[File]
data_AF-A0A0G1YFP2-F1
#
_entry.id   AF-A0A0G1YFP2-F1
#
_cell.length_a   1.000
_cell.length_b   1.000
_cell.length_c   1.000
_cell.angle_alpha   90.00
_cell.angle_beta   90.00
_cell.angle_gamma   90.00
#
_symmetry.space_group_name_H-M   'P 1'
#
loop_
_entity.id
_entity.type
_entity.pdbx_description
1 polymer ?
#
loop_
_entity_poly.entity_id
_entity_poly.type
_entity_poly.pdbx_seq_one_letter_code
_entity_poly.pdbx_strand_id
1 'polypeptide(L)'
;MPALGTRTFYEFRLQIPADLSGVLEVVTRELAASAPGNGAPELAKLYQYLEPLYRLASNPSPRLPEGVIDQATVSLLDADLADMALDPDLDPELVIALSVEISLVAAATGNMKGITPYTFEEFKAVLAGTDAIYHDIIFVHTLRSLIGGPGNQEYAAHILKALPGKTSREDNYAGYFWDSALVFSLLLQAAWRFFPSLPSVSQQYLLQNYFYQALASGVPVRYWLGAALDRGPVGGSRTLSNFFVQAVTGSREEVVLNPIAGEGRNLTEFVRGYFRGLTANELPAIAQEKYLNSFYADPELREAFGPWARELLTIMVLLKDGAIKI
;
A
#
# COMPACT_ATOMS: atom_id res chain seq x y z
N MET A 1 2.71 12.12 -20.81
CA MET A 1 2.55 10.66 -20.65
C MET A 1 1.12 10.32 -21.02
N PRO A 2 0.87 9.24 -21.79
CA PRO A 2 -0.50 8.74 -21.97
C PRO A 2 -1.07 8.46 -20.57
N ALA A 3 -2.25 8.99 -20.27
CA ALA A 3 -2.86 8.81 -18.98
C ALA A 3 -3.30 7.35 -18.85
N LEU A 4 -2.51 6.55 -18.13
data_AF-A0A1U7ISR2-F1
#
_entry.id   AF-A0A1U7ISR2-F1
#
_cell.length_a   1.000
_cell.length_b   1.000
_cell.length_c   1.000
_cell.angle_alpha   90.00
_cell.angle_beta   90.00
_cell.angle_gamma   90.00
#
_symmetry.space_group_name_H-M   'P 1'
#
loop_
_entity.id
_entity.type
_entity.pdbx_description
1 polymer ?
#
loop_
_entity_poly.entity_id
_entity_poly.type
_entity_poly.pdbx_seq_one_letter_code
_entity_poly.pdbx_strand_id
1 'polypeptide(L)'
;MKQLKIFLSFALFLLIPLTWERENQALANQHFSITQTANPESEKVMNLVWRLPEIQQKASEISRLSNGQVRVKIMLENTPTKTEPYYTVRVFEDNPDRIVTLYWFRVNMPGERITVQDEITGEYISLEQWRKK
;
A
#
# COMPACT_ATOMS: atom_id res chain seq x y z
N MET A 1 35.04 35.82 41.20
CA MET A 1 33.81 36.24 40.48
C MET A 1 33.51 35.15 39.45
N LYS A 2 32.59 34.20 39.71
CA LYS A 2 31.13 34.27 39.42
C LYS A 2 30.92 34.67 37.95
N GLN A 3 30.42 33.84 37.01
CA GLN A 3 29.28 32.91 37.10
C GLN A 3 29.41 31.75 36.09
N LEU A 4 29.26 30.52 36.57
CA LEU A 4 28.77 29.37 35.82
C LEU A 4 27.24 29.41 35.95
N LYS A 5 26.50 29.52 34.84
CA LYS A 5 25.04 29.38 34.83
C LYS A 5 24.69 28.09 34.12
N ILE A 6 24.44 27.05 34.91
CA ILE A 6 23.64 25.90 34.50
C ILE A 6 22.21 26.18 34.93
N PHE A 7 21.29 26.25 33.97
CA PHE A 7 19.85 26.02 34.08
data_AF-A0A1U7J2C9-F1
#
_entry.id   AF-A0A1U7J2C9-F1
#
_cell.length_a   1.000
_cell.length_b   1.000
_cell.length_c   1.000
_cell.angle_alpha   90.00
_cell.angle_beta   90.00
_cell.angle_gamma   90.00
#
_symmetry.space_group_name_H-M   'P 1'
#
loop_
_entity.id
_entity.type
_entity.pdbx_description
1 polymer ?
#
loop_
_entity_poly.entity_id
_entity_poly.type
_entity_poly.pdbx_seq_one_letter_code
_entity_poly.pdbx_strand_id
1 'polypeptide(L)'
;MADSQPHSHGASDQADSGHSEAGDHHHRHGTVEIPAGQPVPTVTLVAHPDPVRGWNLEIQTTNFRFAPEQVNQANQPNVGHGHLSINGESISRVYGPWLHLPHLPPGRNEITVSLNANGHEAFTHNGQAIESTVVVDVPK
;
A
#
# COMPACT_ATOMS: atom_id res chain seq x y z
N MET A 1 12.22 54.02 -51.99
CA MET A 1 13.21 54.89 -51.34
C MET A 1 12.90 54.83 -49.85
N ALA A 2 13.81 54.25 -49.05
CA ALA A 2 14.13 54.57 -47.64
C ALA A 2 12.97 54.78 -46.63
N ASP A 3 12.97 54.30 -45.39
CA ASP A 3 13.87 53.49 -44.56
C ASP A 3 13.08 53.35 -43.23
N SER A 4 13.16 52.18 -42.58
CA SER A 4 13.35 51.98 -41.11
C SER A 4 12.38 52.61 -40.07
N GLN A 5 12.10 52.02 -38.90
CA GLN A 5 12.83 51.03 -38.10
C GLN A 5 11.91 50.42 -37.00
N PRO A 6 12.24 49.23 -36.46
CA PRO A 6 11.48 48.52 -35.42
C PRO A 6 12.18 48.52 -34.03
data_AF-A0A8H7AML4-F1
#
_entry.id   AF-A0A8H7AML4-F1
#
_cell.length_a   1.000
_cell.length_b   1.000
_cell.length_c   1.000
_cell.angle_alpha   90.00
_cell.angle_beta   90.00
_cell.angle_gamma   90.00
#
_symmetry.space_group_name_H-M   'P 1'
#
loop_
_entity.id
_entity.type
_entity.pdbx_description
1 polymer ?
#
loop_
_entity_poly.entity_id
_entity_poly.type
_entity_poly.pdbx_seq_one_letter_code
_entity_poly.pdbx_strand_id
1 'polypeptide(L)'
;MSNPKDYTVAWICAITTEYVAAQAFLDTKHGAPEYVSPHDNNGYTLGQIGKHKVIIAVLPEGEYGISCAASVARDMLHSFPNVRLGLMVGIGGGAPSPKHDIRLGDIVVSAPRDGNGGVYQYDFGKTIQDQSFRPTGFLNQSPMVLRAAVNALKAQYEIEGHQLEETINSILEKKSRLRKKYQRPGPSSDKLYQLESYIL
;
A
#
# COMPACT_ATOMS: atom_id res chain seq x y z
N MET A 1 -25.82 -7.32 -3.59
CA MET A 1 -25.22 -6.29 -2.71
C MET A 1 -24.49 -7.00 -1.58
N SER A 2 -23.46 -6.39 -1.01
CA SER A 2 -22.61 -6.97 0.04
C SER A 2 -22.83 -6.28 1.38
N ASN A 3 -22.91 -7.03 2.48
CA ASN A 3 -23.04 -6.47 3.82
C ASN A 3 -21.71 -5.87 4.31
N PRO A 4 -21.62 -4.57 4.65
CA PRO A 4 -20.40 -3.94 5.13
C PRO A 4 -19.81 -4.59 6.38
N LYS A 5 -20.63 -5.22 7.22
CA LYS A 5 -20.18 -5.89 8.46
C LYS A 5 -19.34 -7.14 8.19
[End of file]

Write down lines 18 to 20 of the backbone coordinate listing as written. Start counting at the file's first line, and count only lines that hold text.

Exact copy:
1 polymer ?
#
loop_